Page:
Even at the tender age of 2, Cayla Rivas was destined to go fast just like her dad.
At the time, her dad, Chris Rivas, was launching his NHRA motorcycle career and building drag-racing motorcycles in his garage.
He remembers when Cayla’s obsession was just a curiosity.
“She always wanted to be out in the garage with me tinkering on the bikes,” said Chris, the 2008 NHRA runner-up and a four-time winner on the national circuit. “I ended up getting her her own little red tool box. She’d fumble through it ... and try to fit some kind of wrench on something and say, ‘I’m wrenching! I’m wrenching!’ ”
It kind of gives you a sense of freedom. Like it’s just you and your motorcycle and you’re out there on the open salt and you just see the flags that are rushing by you. It just gives you like a big adrenaline rush.
Likewise, wife Linda figured her daughter’s path was somewhat inevitable “because Cayla always talked about it since she was a toddler.” She’d sit on her little toy motorcycle in the garage and pretend to race, trying to mimic her dad’s every move.
As she got older, Cayla saw her dad race more and more, only pushing her to ask about the elephant in the room.
“When can I race, Dad? I really want to race.”
“You will,” he always answered.
The opportunity came when Cayla was 12.
Chris had switched from motorcycle drag racing to land speed racing and came across an American Motorcyclist Association rule that allowed minors to compete in the 250cc (cubic centimeters) classes at the Land Speed Grand Championship in Bonneville, Utah.
“It’s not a children’s class,” Chris clarified. “They just allow minors to begin to compete against adult records.”
From there, they found a bike for Cayla – a 2001 Buell Blast – and after just a three-month course, Cayla set the world speed record at 62.9 mph for the MPS-PF class (modified partial streamlining, push rod-fuel).
“How do I go faster?,” she asked her dad after removing her helmet.
I think she’s just a natural like her dad.
Linda Rivas, on daughter Cayla
Considering the records her dad was setting that same weekend, the question was understandable.
At the Bonneville Salt Flats, Chris became the first person to ride a motorcycle bagger, a bike with a saddle and/or storage compartments, more than 200 mph. He set a world record at 201.7 mph on a Harley-Davidson touring bike for his class.
That win left him with the same feeling as his daughter – to go faster.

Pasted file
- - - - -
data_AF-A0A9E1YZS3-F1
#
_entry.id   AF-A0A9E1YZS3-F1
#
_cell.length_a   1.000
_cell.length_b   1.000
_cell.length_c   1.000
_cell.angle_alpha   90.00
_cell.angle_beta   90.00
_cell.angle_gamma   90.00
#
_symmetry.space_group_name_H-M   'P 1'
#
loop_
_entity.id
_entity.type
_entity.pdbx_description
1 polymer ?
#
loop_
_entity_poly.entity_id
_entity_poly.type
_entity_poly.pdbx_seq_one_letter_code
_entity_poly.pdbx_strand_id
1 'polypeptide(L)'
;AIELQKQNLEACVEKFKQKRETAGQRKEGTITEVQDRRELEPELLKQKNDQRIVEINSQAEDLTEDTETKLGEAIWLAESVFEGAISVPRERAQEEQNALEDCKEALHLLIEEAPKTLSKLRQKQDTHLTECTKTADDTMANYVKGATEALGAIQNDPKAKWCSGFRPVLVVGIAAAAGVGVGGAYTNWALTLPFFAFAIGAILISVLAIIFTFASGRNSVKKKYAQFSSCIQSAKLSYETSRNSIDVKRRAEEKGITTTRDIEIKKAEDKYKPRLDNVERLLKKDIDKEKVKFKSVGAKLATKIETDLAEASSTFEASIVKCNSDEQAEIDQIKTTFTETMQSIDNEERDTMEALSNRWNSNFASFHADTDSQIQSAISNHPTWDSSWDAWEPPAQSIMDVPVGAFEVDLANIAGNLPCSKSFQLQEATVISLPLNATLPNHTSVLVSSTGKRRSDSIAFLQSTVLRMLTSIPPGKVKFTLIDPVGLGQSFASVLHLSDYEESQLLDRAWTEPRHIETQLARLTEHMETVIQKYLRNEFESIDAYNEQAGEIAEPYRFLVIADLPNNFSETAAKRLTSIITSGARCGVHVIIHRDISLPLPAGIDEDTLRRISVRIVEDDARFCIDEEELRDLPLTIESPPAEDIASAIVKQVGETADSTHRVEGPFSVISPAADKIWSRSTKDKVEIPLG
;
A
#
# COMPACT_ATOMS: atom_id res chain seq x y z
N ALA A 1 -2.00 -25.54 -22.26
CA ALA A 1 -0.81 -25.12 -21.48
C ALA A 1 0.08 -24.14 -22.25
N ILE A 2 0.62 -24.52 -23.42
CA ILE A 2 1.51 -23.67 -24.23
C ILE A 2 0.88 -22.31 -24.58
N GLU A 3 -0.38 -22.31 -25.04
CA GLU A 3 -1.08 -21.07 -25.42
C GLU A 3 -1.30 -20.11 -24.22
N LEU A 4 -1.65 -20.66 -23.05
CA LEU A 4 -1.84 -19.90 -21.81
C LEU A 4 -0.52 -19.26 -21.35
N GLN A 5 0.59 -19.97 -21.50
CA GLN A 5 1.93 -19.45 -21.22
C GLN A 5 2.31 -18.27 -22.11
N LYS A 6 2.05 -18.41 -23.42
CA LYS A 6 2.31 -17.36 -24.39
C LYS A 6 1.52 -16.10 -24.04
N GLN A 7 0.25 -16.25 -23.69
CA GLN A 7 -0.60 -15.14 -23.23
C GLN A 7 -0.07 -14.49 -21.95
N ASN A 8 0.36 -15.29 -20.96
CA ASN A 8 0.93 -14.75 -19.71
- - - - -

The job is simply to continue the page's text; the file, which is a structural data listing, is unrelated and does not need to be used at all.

“Speed is an addiction, so if you get used to going 100 mph, you’re looking for 110. Once you see 110, 120 is right around the corner,” Chris said.
Last week, the two hit their fastest speeds yet at the Land Speed Grand Championships.
Cayla, 16, reached 139 mph in her streamlined Buell Blast 500cc, clinching the world record in the 500 APS-PF class and more than doubling her speed from her first race four years prior.
She also removed the fairing (the tear-drop body kit that makes the bike more aerodynamic) and set a speed record in the 500 A-PF class at 116.9 mph.
She’s got this cool, calm, collective thing going on with her and she’s on point. I mean, it’s unbelievable to watch and hear the engine note to see that she’s pinning the throttle, she hits the shift points at exactly the right time. She’s not missing one or hitting the rev limiter, or short-shifting and bogging the engine out. It’s crazy to see.
Chris Rivas, on watching his daughter Cayla set a speed record at 139 mph
Chris hit 244 mph on his heavily modified Harley-Davidson Dyna.
It was their fifth trip to Bonneville as a father-daughter duo, with the Rivas clan setting records each time conditions were well enough to race. (In 2014, the flats were flooded.)
“The most fun I’m having is being able to do this with my daughter,” Chris said, along with “winning,” he added jokingly.
“We’re pretty regular at it. … There are people that try for a lifetime and never get a record. It’s not an easy thing, but we come very well prepared.”
With the help of lead tech Brian Webb and the rest of the crew at Chris Rivas V-Twin in downtown Fresno, it’s a one-two punch of well-equipped bikes and riders who know what they’re doing.
Webb also has raced and even joined Chris and Cayla at Bonneville in recent years. He knows it takes more than just concentration and skill to control a bike at high speeds.
“You have to have the confidence to jump on something that is three to four times your weight,” Webb said. “So to jump on something like that and ride it to the best of her knowledge is pretty awesome. She’s following through with what she’s asked to do, and that’s hard to find in a rider.”
Still, motorcycle racing is just one thing Cayla does – “not who she is,” Chris said.
During the week, she lives the fast-paced lifestyle of a typical teenage girl neck-deep in activities. A junior at Fresno Christian High School, Cayla is a three-sport varsity athlete, playing soccer, doing cheerleading and sprinting on the track team.
She’s involved in the school’s photojournalism club and is also an accomplished artist, having won grants and awards at local art festivals for her acrylic paintings and colored pencil drawings. She hopes to pursue art after high school.
Cayla’s former art teacher Sharon Scharf remembers her student’s willingness to create masterpieces from scratch.
“She’s one of my favorite students,” said Scharf, who had Cayla in her class from seventh grade through her sophomore year before retiring in the summer.
“I didn’t feel like I was her teacher. I felt like her mentor and enabler. I encouraged her, let her run with it, and what she’s come up with is incredible.”
Scharf knows about Cayla’s racing lifestyle, which sometimes required her to miss days at a time for races. Just this school year Cayla has already missed most of the first two weeks because she was racing in Utah.
Even with the adjustments and missed days, Cayla shows no signs of slowing down.
“She knows what she wants,” Scharf said, “and works for it.”